The hypotheses of the cause of the myelolipoma include degenerative changes in hyperplastic tumor cells or adenomas of the adrenal glands, metaplasia in primary stem mesenchymal cells of the adrenal cortex and displacement of differentiated bone marrow cells during embryogenesis .
Other authors suggest metaplasia of reticuloendothelial cells caused by prolonged stress, or development of myelolipoma from blood-bone embolic material . Many consider myelolipoma to be a choristoma .
Chromosomal translocations (3;21) (q25;p11) detected in myelolipomas and in benign lipomatous neoplasia seen in patients with acute myelogenous leukemia or myelodysplastic syndrome suggest a bone marrow origin of this tumor, and may indicate that myelolipoma is derived from erroneously transferred erythroid cells .
Occasionally myelolipomas may be accompanied by endocrine disorders such as Cushing’s disorder, Addison’s disease, Conn’s syndrome, phaechromocytoma, adrenal gland cancer or adenoma, diabetes mellitus or even obesity or hypertension .
Therefore, some authors emphasize that myelolipoma may be correlated with prolonged excessive steroid production or genome defects of the endocrine glands responsible for multiple endocrine neoplasia type 1.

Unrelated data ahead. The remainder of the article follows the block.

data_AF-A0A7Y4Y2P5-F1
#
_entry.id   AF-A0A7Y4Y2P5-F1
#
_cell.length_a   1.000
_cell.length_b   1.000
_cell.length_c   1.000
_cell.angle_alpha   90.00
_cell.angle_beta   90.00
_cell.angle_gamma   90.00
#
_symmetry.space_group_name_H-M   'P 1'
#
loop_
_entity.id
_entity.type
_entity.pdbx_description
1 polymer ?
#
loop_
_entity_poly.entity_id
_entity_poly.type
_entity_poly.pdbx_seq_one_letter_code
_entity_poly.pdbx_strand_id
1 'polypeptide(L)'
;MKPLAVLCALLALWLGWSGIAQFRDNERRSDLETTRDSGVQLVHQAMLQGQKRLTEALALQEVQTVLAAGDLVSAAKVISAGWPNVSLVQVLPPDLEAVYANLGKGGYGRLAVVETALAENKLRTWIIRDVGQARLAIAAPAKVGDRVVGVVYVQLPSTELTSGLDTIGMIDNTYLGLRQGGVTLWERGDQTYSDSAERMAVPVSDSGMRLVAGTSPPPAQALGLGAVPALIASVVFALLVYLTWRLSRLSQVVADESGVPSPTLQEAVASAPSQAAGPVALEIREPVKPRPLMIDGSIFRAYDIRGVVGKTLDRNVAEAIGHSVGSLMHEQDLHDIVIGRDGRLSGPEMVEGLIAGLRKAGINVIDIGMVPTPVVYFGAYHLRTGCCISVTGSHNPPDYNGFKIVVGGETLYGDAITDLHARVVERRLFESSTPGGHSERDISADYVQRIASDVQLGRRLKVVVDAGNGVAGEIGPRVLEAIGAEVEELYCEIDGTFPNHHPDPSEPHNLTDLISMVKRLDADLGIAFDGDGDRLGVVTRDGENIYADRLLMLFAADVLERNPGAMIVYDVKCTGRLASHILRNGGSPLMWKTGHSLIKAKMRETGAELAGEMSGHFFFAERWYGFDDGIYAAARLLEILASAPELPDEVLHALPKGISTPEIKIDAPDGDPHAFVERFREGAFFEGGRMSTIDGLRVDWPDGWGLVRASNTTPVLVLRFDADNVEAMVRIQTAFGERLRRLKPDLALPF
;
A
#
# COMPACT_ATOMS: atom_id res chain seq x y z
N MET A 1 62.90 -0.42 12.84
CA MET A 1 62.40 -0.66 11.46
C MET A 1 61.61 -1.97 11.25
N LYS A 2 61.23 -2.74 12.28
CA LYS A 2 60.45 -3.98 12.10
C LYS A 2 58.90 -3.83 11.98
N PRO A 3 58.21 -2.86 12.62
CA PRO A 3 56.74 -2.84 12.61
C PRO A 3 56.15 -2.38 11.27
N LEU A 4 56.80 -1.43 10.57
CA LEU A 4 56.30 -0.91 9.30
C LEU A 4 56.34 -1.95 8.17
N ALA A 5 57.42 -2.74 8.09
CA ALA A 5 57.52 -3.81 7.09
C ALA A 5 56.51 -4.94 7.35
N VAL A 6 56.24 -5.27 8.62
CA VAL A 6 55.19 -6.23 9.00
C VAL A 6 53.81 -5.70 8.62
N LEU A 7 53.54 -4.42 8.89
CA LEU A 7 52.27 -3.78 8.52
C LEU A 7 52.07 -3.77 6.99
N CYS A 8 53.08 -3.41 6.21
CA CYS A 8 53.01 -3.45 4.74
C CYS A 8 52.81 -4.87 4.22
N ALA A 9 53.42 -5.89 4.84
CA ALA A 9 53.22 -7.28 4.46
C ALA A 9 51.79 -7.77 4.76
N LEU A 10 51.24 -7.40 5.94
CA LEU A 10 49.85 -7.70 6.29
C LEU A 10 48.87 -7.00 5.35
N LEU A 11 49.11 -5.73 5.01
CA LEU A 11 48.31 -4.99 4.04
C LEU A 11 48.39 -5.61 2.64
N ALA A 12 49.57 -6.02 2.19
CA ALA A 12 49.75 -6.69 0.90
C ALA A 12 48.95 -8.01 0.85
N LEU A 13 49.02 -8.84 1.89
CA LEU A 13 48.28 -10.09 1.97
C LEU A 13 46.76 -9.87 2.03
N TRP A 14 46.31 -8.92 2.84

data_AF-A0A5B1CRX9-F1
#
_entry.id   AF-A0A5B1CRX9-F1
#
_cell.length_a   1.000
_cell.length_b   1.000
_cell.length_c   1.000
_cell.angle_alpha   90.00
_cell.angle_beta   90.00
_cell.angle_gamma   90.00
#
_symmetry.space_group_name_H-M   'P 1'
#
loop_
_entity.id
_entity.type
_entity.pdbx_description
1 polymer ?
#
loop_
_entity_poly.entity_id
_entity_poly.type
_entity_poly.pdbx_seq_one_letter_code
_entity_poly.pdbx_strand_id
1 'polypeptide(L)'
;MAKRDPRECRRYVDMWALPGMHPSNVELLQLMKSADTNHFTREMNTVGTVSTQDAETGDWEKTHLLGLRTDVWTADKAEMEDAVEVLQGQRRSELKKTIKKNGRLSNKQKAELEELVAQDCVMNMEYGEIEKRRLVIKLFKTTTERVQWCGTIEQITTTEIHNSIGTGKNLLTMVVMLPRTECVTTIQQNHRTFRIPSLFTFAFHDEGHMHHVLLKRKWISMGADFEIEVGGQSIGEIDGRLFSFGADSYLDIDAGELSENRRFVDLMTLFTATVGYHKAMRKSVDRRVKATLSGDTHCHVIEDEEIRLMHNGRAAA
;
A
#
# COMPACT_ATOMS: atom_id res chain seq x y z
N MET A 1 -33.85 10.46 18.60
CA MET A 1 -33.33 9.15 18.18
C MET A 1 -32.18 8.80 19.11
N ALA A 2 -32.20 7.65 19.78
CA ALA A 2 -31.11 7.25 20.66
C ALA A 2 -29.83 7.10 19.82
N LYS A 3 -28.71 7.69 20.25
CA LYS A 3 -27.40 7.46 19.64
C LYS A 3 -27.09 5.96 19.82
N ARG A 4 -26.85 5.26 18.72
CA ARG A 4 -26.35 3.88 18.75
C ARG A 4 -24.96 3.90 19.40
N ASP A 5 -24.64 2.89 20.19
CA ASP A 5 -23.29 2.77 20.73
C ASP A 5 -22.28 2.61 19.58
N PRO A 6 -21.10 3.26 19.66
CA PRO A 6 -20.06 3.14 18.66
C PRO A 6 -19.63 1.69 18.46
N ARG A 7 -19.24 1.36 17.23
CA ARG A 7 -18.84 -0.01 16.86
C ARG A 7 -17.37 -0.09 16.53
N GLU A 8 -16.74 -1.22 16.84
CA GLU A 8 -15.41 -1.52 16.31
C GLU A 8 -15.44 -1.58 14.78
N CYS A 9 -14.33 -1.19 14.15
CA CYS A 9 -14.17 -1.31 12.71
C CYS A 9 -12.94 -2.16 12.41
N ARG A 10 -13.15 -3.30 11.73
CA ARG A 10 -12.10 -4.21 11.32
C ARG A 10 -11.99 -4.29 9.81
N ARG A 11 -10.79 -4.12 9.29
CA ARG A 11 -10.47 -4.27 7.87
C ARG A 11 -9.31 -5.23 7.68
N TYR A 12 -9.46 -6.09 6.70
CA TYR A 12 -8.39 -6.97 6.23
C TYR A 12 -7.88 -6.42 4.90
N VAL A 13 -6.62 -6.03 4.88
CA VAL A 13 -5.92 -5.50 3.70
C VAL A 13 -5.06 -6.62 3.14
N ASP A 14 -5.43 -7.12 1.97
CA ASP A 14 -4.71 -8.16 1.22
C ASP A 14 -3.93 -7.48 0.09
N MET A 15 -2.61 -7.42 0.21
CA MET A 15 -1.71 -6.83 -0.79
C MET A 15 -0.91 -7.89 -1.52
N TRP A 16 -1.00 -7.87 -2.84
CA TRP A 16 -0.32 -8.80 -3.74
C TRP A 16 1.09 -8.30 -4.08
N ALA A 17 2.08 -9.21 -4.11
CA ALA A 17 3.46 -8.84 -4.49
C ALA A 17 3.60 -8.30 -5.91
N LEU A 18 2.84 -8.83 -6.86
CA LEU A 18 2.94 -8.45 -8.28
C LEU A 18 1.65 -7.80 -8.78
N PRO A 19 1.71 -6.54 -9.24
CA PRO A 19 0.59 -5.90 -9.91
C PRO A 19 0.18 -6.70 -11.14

Histologically, extra-adrenal myelolipoma should be differentiated from mass forming foci of extra-medullary hematopoiesis. The latter has been previously described in the nasal cavity [11, 12].
Mass forming extra-medullary hemopoiesis is symptomatic and is associated with myeloproliferative disorder, hemolytic anemia or severe skeletal disease . Our patient did not have any underlying hematological anormalities.
In contrast to extra-adrenal myelipomas that are well encapsulated, extra-medullary hemopoietic ‘tumors’ lack circumscription and are ill defined.
Microscopically, extra-medullary hemopoietic ‘tumors’ have a predominance of hemopoietic elements with erythroid hyperplasia. Fat is not an enlarged component of the process. Extra-adrenal myelolipomas are composed of a variable proportion of mature adipose tissue and bone marrow cells. The presence of megakaryocytes are considered to be essential for the diagnosis of extra-adrenal myelolipomas . These lesions can have a predominance of the fat component and a more conspicuous lymphocyte population.
Extra-adrenal myelolipoma is distinct from true bone marrow in that no reticular sinusoids or bone spicules are present. However extra-adrenal myelolipomas containing bone spicules have been reported . The bone spicules are thought to be the result of osseous metaplasia.
Another challenge on histomorphology is to differentiate extra-adrenal myelolipomas from lesions that contain hemopoietic tissue and adipocytes, such as teratomas. Histology of the latter shows tissue elements from all the three germ layers.